By Tarun Chandy
Yesterday, we had one of the most inspiring masterclasses I’ve had at SCA so far. Adah Parris, a woman who apparently played a big role in laying the foundation of our curriculum, came in to talk to us. She discussed what it means to have values that influence the way you work and the things you do. And how outlining those values for yourself can give you an understanding of your own identity and will help ensure that you leave the right kind of impact on the world.
I know there are people, several within our cohort in fact, who spend a lot of time thinking about their own values and would ensure that they never do anything to compromise them. These people care about so many things greater than themselves and have the kind of integrity I often admire. I have never been one of these people. And that’s probably why that talk hit me the way it did.
We were asked to write out eight personas that we either fit into or would like to fit into, both in our personal lives and in our professional lives. We were then asked to write out what excited us most about each of these personas. This was supposed to lead us to a brief summary of our individual purposes in life. At the time, I didn’t know where the exercise was going. We were under a rather restrictive time limit and maybe I just wrote down the first things that came into my head. But at the end of the exercise, my personal summary read, ‘Lazy bastard craving pleasure and admiration.’ I looked down at those six words, thanking God we didn’t have to read them out loud. Then, I sat through the rest of the discussion feeling like I had to be the scummiest person in the room.
Now, I think it somewhat necessary to clarify that I am not really a total asshole. At least, I don’t believe I am. And it isn’t that I lack empathy or that I have no concern for the world and the people around me. I do try my best to be a decent human being and have a working understanding of right and wrong. But the idea of outlining a concrete set of values by which to live my life. That’s something I’ve never been able to do.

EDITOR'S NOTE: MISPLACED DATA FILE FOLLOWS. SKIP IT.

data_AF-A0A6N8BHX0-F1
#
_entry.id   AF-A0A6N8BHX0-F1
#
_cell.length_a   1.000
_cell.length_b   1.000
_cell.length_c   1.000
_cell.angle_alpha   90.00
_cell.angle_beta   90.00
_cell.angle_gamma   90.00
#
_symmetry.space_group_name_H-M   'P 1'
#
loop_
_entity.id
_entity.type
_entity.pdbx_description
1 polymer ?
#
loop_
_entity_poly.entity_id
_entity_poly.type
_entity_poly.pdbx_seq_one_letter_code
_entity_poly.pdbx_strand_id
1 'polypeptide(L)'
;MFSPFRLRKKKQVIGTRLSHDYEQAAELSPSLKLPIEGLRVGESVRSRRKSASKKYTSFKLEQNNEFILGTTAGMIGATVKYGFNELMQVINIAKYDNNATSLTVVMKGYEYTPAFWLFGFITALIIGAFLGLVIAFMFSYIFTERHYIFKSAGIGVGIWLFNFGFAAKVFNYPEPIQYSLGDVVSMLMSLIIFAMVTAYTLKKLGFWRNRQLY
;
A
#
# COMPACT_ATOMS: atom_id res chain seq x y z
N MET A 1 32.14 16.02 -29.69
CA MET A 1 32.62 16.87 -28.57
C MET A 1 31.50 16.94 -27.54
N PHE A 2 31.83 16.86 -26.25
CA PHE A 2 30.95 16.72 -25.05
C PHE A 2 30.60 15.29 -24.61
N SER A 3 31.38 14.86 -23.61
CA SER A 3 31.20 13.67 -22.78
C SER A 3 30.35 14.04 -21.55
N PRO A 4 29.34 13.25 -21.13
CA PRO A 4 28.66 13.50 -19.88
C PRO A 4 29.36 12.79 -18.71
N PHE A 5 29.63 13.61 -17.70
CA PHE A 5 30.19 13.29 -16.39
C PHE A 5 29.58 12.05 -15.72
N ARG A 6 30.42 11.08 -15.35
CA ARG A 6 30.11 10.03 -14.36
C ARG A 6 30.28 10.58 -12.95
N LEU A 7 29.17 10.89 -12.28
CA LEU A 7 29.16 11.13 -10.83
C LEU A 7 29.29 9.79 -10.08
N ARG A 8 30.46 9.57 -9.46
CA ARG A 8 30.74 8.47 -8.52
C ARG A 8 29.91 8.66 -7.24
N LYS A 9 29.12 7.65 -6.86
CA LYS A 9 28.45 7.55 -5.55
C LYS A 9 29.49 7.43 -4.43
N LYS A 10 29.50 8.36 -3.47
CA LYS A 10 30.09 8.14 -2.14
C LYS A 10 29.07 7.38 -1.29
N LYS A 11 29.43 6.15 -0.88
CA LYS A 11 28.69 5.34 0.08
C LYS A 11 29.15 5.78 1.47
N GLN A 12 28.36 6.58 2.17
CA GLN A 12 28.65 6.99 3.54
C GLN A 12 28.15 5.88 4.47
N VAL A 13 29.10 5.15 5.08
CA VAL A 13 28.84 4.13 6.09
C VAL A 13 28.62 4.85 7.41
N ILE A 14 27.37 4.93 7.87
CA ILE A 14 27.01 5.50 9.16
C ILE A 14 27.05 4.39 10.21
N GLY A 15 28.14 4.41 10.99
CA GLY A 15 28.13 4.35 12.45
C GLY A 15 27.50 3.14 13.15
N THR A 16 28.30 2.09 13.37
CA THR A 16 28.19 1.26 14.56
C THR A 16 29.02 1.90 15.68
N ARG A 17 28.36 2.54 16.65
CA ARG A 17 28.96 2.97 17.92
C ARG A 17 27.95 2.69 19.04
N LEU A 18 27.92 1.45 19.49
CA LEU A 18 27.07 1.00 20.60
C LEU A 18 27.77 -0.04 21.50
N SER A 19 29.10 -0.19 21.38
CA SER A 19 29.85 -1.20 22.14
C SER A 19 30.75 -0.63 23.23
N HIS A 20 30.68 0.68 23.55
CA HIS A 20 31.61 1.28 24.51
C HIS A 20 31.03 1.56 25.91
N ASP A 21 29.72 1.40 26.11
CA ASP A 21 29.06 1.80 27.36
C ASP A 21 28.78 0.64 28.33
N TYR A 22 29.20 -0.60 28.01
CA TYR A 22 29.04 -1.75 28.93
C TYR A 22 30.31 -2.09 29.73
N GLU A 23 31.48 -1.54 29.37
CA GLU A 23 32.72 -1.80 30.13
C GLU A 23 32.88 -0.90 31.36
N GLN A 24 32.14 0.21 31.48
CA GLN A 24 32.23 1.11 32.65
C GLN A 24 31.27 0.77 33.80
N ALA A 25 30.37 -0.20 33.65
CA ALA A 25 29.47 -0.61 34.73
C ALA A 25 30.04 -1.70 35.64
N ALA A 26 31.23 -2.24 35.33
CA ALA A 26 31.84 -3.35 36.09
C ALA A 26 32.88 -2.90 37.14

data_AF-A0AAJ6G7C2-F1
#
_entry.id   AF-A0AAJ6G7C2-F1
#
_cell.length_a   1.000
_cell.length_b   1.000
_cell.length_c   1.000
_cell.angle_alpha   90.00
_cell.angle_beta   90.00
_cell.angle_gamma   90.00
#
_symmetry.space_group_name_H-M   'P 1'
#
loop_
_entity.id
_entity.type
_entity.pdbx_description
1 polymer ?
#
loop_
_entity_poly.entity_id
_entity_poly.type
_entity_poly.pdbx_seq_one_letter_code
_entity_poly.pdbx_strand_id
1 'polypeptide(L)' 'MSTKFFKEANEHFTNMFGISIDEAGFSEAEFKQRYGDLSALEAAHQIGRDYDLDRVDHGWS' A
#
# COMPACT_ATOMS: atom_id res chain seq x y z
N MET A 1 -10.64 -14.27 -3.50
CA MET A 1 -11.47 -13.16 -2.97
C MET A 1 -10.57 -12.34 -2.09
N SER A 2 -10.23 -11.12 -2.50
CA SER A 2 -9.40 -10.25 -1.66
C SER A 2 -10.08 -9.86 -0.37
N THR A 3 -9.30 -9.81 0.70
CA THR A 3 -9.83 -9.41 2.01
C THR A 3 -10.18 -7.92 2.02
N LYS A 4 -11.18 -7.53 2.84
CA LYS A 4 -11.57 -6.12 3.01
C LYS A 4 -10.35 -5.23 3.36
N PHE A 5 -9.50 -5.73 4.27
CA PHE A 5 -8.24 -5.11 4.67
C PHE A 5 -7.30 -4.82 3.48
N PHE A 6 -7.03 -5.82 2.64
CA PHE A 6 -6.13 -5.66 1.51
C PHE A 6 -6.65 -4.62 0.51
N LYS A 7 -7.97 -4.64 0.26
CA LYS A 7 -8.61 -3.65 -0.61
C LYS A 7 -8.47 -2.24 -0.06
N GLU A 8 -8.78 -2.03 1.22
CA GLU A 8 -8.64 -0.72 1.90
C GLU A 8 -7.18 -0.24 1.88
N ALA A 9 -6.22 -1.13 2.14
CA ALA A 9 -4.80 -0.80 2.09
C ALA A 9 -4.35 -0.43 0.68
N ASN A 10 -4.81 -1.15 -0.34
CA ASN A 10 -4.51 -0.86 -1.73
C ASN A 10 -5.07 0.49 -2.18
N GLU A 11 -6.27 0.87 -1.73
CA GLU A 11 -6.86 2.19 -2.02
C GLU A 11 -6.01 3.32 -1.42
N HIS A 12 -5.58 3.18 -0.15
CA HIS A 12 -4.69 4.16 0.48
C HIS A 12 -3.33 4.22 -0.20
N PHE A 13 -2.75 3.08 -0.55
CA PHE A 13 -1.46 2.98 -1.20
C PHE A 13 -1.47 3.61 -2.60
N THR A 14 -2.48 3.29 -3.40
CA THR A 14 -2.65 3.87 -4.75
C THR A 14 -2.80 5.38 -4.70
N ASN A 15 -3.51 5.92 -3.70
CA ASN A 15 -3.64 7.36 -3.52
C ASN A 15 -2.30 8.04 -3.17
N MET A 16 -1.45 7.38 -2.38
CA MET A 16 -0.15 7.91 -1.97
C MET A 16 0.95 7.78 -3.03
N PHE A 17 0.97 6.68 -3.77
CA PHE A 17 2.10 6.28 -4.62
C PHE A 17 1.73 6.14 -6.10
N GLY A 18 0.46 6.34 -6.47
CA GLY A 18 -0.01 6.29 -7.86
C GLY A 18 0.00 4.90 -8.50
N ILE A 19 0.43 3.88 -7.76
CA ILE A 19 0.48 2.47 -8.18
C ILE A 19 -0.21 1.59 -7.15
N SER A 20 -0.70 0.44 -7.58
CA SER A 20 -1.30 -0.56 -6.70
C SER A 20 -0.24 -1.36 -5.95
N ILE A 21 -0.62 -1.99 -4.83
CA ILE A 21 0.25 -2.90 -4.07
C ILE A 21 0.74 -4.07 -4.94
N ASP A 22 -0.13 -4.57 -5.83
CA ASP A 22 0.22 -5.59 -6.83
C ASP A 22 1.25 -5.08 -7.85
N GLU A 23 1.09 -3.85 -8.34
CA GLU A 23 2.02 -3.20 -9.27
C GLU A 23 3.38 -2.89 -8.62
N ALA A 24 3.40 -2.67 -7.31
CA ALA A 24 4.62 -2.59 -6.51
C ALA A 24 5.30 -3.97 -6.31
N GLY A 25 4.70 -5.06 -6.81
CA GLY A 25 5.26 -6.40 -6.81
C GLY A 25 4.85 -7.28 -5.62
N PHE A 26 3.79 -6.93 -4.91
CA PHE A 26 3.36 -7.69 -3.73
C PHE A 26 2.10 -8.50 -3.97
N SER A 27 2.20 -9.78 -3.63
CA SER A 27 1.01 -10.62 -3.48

Ever since God refused my pleas for a girlfriend in middle school, I’ve had a hard time believing in anything wholeheartedly. I’ve never trusted what other people told me to believe, if I couldn’t see the reason in it for myself. Despite my cynicism, I can agree with certain principles and form general opinions on most moral dilemmas. But when it comes down to it, I can find a way to criticise anything positive and justify (almost) anything negative.
Due to my inability to believe in anything, I reached a point where my values were constantly susceptible to change. I stopped making them a part of my identity. In fact, I did my best to ignore them entirely, unless a situation arose that forced me to distinguish right from wrong. Adah’s talk made me recognise that this was a problem. Without a clearly defined set of values, we’re all just hedonists and narcissists. Lazy bastards craving pleasure and admiration. But when we actually allow ourselves to believe in something, we unlock the potential to live a far more fulfilling life. The potential to do things that make us proud of our legacy.
Perhaps this recognition is something most people arrive at early on in life. And maybe I took far too long to get here. I still don’t have the clearest idea of what what my values are. But before my career begins, I think it’s rather important that I figure it out.